Lazy I: Time, stand still

Author: John Nagy ’00M.A.

John Nagy

Maybe it’s that I’m within a blink of turning 40, maybe it’s that my oldest will start junior high this August, days after he turns 12, as quite possibly the youngest seventh grader on record. Whatever the cause, I find myself lately taking mental snapshots of my family.

I also find myself more tolerant of inconvenience. So today, when my wife suggests we eat brunch on the front porch and a boy echoes the idea several minutes later, I quiet the instinct to get the meal over with as quickly as possible. After all, setting aside the grumbling I do about raising a large family in the 21st century, what I’m really after is making time stand still.

June arrived this year with cool overnight temperatures and clear blue afternoons when the notion of temperature itself — hot or cold — seems queer and distant. So we sit outside in surprising comfort, the eight of us packed around the leafless table we used for all our meals long ago in a different state with a different climate, back when we had three children and the infant — a fuzzy, brown, cueball-headed girl with violet eyes and a bubbling spirit — sat beaming in her high chair. She is now 8 and plays soccer and rails at the destructiveness of younger children and dazzles adults with her conversation.

For the first time in a long while, it is just us for a relaxed Sunday morning. No Easter gatherings, no First Communion receptions or Memorial Day guests — welcome as those things are in their time. We are alone, so to speak, and we indulge ourselves. Scrambled eggs marbled with cheddar cheese; bacon and sausage; shredded hash browns; orange juice and coffee. Our kindergartener’s job was to stack a dozen doughnuts on a plate; the result we thought was what a postmodernist architect might have produced had we offered him the same job.

The perfection of late spring reaching equilibrium only makes it all sweeter. My old camera, purchased new for a family vacation seven years ago when its features were fresh and enviable, and the shutter still closed and the edges weren’t worn smooth by the hands of who-knows-how-many photographers, sits dormant on a shelf in the dining room. It would capture images, some of them good enough for the calendar we make each year around Christmas for ourselves and for others — grandparents, godparents, neighbors and friends who act a lot like grandparents and godparents. But cameras don’t yet operate on thought-command even in our remote-control world. In the delay, faces are lost, laughter is forever on “mute.” Moments become something other than what they were in the living.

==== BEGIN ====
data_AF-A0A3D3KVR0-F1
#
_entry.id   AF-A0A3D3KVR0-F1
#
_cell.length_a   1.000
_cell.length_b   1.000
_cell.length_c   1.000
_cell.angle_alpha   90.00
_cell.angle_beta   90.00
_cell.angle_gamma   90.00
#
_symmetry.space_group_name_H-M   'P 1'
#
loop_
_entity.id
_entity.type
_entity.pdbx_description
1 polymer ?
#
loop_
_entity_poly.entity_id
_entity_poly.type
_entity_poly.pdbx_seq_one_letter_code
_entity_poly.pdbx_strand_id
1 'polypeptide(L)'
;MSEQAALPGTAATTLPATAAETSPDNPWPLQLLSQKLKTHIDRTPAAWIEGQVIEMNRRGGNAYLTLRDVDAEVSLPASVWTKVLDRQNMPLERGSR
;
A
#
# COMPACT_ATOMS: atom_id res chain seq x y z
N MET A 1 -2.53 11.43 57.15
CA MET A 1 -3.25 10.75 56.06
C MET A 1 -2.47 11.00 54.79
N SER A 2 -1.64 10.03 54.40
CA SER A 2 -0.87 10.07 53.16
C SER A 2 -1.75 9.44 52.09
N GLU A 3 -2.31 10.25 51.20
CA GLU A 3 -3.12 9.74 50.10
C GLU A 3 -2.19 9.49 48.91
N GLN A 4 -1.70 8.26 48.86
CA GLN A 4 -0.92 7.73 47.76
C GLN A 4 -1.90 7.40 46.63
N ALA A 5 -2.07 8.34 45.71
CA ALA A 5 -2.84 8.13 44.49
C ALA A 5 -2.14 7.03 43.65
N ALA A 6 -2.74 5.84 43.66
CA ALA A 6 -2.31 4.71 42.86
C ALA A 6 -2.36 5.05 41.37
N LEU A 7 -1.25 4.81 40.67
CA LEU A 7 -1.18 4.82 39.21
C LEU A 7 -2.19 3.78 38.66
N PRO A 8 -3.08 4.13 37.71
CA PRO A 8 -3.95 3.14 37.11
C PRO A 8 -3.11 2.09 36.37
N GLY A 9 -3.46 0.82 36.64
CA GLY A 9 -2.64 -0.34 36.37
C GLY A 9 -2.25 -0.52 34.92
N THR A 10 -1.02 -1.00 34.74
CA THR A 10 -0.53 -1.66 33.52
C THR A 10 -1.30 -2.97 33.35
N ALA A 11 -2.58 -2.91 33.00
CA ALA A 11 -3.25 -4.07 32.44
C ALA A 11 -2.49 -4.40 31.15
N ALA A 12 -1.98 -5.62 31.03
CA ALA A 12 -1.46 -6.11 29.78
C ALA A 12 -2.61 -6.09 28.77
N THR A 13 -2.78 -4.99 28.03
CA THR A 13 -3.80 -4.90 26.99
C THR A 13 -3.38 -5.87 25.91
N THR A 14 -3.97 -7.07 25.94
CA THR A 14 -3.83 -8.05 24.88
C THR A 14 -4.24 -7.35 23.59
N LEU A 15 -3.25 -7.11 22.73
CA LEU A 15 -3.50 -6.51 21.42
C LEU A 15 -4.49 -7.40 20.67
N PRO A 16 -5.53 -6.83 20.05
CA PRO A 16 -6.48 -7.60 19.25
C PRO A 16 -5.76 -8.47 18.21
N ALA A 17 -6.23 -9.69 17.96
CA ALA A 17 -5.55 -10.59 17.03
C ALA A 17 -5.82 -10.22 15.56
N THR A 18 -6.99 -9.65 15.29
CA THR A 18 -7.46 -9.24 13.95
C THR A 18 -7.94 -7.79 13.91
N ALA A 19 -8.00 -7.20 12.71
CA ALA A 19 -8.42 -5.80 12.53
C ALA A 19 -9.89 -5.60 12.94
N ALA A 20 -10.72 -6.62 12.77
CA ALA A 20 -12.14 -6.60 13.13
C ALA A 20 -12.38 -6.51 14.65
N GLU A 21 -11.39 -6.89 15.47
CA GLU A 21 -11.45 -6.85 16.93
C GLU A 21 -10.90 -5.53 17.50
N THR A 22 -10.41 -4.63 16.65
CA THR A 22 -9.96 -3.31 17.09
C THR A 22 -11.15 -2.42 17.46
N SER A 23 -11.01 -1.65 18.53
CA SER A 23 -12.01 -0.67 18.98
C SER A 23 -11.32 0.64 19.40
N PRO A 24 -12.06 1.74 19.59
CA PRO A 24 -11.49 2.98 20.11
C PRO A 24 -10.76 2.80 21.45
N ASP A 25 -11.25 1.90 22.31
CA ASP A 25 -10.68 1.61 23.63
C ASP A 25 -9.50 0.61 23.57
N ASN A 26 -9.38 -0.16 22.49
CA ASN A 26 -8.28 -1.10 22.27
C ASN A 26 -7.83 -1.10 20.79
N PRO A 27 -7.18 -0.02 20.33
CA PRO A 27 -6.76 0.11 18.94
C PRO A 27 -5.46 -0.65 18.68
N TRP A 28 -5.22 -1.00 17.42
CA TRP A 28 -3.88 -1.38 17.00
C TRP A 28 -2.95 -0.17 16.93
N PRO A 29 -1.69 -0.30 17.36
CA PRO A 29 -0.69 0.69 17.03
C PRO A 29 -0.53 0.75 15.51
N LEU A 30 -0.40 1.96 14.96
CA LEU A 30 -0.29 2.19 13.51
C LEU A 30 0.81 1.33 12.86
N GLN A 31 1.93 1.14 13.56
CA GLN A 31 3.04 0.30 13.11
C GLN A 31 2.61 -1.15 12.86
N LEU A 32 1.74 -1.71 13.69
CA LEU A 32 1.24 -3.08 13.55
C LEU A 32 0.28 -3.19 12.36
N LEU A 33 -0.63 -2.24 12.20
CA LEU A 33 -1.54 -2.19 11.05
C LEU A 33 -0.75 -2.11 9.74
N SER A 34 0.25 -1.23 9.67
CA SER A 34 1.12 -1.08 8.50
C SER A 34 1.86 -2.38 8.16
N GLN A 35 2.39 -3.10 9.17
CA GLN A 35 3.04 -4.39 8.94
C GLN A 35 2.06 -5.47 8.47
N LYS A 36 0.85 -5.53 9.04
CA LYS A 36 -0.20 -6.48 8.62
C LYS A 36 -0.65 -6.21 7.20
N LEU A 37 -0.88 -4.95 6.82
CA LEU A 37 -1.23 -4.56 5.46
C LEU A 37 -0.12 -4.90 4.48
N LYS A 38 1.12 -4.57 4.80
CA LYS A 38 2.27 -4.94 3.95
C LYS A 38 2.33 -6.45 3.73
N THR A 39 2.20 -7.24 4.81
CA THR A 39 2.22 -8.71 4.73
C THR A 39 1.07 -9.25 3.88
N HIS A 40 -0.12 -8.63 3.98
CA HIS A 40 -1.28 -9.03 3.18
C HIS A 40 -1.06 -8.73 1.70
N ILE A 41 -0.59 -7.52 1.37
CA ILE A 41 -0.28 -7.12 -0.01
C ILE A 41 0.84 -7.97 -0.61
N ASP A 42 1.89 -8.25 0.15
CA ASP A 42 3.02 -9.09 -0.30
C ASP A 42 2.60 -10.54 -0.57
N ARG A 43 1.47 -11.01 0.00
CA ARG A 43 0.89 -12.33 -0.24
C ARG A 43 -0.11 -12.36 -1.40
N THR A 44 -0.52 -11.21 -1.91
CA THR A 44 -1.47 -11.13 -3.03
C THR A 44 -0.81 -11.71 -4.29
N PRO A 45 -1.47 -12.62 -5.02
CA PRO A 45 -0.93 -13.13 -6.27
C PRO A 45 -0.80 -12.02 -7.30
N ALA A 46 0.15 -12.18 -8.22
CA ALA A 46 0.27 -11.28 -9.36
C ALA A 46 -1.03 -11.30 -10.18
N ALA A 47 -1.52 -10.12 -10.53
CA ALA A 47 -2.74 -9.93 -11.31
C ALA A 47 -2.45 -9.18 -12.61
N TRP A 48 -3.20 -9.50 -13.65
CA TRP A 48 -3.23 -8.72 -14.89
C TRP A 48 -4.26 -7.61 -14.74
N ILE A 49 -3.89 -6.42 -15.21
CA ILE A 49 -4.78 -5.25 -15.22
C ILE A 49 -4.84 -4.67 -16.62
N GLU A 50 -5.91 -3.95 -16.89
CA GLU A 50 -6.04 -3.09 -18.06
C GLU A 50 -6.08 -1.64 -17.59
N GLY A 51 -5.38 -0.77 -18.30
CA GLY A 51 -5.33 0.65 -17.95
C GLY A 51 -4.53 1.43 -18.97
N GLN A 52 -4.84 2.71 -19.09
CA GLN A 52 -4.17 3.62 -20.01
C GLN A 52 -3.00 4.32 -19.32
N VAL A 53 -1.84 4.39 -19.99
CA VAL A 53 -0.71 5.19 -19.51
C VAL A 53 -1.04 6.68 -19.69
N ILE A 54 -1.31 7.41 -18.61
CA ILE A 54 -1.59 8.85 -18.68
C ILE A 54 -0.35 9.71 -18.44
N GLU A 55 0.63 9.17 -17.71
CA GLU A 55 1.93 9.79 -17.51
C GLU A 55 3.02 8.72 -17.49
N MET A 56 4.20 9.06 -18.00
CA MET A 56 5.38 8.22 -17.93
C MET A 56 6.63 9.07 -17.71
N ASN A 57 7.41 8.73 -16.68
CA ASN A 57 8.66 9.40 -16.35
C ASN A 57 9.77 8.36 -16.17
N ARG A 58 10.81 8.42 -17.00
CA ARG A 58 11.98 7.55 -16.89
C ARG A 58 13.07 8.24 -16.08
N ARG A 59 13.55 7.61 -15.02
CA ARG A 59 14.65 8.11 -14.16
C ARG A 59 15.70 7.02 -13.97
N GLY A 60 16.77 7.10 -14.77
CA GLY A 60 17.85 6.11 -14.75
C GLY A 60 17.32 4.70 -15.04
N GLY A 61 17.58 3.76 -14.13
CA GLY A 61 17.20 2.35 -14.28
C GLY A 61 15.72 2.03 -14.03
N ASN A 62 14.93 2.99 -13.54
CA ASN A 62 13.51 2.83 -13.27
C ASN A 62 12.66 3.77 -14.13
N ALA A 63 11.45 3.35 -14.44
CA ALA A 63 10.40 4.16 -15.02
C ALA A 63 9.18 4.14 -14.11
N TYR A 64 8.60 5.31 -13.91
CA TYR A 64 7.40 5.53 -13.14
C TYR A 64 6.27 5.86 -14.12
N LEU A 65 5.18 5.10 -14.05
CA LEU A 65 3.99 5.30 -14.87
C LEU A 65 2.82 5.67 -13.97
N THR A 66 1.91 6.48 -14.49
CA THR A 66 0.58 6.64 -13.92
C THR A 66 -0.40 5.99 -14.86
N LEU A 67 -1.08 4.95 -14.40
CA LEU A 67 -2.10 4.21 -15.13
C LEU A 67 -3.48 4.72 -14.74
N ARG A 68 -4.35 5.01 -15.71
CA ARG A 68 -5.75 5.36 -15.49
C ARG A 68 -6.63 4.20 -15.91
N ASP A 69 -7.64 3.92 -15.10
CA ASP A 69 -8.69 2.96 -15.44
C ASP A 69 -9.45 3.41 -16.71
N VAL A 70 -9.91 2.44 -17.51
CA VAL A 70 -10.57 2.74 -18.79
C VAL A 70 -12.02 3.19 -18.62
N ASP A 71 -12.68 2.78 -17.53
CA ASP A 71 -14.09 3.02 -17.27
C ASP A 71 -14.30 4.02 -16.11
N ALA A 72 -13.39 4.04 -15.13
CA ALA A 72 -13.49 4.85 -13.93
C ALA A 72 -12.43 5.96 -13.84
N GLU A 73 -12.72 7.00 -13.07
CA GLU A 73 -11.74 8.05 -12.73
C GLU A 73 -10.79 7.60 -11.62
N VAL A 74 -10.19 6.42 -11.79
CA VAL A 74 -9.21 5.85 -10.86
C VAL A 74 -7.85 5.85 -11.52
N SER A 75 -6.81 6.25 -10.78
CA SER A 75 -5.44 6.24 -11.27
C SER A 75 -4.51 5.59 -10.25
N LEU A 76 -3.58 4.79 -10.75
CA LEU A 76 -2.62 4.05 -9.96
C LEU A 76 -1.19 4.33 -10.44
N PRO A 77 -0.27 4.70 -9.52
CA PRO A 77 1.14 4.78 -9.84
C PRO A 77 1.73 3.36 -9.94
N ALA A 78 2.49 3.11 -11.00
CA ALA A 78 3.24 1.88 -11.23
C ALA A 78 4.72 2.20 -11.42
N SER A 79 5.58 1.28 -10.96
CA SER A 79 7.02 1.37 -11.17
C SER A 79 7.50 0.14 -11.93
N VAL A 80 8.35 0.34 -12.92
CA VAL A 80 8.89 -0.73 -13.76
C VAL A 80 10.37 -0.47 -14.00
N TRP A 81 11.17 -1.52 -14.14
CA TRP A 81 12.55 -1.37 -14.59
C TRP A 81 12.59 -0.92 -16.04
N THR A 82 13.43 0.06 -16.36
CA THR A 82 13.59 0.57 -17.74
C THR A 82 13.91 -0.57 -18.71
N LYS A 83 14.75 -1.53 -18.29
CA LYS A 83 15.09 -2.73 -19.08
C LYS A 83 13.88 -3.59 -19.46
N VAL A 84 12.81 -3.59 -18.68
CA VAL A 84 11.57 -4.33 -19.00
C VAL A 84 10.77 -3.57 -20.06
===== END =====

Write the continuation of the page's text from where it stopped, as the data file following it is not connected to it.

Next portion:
Some solve such problems with video, but who wants to take video when you’re lifting a savory forkful of eggs to your mouth, especially when your son has learned to make them even better than you do? I know my share of videographers, and not even they live like that.

Our youngest turns 2 in a month. We wonder sometimes whether in the end he’ll hold the distinction among our children of having no younger sibling, and what that might mean for his life. He has plenty of older siblings, and we can see plainly what that means for his life in these days when we still strap him to the furniture before he takes his food.

His brothers and sisters have served him a plate as full as mine, yet in this moment of plenty he still calls for a doughnut. Before I have time to suggest he wait or to direct a sister to remove the dwindling stack from his sight, a brother has passed him one. I make a motion to break it in half, and a cloud passes over Jack’s brown eyes. So, taking complete leave of my sterner inclinations, I put it on his plate. Most of the doughnut finds its way to his mouth. The rest, by marvelous alchemy, he works into the cotton-chocolate blend of his sweater vest.

Then a strip of bacon is swept from Jack’s plate by a lean and hungry older brother, the way a hawk might sweep a chipmunk out of our back yard. Jack limits his protest to that cloud he produces by lowering his dark eyebrows, then returns happily to his eggs and potatoes. He’s already forgotten the theft of coveted breakfast meat. I have not. And I won’t. Ever.

John Nagy is an associate editor of Notre Dame Magazine. Email him at